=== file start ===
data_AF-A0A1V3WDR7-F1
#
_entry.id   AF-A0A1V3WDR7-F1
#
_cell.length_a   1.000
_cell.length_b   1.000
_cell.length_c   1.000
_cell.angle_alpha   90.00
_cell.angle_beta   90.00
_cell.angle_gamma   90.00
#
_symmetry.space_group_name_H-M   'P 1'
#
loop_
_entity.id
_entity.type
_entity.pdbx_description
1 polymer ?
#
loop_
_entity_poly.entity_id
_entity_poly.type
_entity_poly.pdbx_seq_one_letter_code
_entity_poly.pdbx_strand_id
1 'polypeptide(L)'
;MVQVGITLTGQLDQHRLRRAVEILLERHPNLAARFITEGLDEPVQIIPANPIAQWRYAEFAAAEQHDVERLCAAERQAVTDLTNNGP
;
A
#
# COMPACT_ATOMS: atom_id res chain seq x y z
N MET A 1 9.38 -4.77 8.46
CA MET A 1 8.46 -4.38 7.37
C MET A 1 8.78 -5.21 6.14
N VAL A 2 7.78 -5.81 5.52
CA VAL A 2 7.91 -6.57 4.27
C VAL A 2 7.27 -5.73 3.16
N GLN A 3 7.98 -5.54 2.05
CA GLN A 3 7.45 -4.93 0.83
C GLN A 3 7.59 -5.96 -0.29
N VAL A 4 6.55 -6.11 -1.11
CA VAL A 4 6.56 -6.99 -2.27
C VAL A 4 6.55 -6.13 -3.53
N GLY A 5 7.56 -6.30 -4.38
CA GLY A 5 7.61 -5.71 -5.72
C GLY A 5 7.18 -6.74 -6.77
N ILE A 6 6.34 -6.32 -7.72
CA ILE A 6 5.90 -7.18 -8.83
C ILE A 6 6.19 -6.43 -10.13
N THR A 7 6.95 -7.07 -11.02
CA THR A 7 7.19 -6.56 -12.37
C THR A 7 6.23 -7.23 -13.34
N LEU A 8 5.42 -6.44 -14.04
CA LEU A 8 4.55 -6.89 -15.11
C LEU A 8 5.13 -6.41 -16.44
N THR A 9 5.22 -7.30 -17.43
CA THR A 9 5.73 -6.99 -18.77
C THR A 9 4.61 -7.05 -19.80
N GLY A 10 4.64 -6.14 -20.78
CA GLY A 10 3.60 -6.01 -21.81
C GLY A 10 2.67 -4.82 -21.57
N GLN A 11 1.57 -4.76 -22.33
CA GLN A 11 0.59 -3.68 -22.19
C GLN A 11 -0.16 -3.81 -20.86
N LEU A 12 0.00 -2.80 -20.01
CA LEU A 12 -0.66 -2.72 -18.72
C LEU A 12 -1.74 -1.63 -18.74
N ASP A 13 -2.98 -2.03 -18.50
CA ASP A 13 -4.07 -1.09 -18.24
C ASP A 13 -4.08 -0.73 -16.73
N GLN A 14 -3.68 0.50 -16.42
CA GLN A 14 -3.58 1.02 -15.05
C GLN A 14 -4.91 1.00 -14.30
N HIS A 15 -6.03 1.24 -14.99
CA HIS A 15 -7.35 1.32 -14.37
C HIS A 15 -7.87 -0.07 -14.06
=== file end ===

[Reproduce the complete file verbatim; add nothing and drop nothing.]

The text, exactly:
data_AF-A0A1V3WDR7-F1
#
_entry.id   AF-A0A1V3WDR7-F1
#
_cell.length_a   1.000
_cell.length_b   1.000
_cell.length_c   1.000
_cell.angle_alpha   90.00
_cell.angle_beta   90.00
_cell.angle_gamma   90.00
#
_symmetry.space_group_name_H-M   'P 1'
#
loop_
_entity.id
_entity.type
_entity.pdbx_description
1 polymer ?
#
loop_
_entity_poly.entity_id
_entity_poly.type
_entity_poly.pdbx_seq_one_letter_code
_entity_poly.pdbx_strand_id
1 'polypeptide(L)'
;MVQVGITLTGQLDQHRLRRAVEILLERHPNLAARFITEGLDEPVQIIPANPIAQWRYAEFAAAEQHDVERLCAAERQAVTDLTNNGP
;
A
#
# COMPACT_ATOMS: atom_id res chain seq x y z
N MET A 1 9.38 -4.77 8.46
CA MET A 1 8.46 -4.38 7.37
C MET A 1 8.78 -5.21 6.14
N VAL A 2 7.78 -5.81 5.52
CA VAL A 2 7.91 -6.57 4.27
C VAL A 2 7.27 -5.73 3.16
N GLN A 3 7.98 -5.54 2.05
CA GLN A 3 7.45 -4.93 0.83
C GLN A 3 7.59 -5.96 -0.29
N VAL A 4 6.55 -6.11 -1.11
CA VAL A 4 6.56 -6.99 -2.27
C VAL A 4 6.55 -6.13 -3.53
N GLY A 5 7.56 -6.30 -4.38
CA GLY A 5 7.61 -5.71 -5.72
C GLY A 5 7.18 -6.74 -6.77
N ILE A 6 6.34 -6.32 -7.72
CA ILE A 6 5.90 -7.18 -8.83
C ILE A 6 6.19 -6.43 -10.13
N THR A 7 6.95 -7.07 -11.02
CA THR A 7 7.19 -6.56 -12.37
C THR A 7 6.23 -7.23 -13.34
N LEU A 8 5.42 -6.44 -14.04
CA LEU A 8 4.55 -6.89 -15.11
C LEU A 8 5.13 -6.41 -16.44
N THR A 9 5.22 -7.30 -17.43
CA THR A 9 5.73 -6.99 -18.77
C THR A 9 4.61 -7.05 -19.80
N GLY A 10 4.64 -6.14 -20.78
CA GLY A 10 3.60 -6.01 -21.81
C GLY A 10 2.67 -4.82 -21.57
N GLN A 11 1.57 -4.76 -22.33
CA GLN A 11 0.59 -3.68 -22.19
C GLN A 11 -0.16 -3.81 -20.86
N LEU A 12 0.00 -2.80 -20.01
CA LEU A 12 -0.66 -2.72 -18.72
C LEU A 12 -1.74 -1.63 -18.74
N ASP A 13 -2.98 -2.03 -18.50
CA ASP A 13 -4.07 -1.09 -18.24
C ASP A 13 -4.08 -0.73 -16.73
N GLN A 14 -3.68 0.50 -16.42
CA GLN A 14 -3.58 1.02 -15.05
C GLN A 14 -4.91 1.00 -14.30
N HIS A 15 -6.03 1.24 -14.99
CA HIS A 15 -7.35 1.32 -14.37
C HIS A 15 -7.87 -0.07 -14.06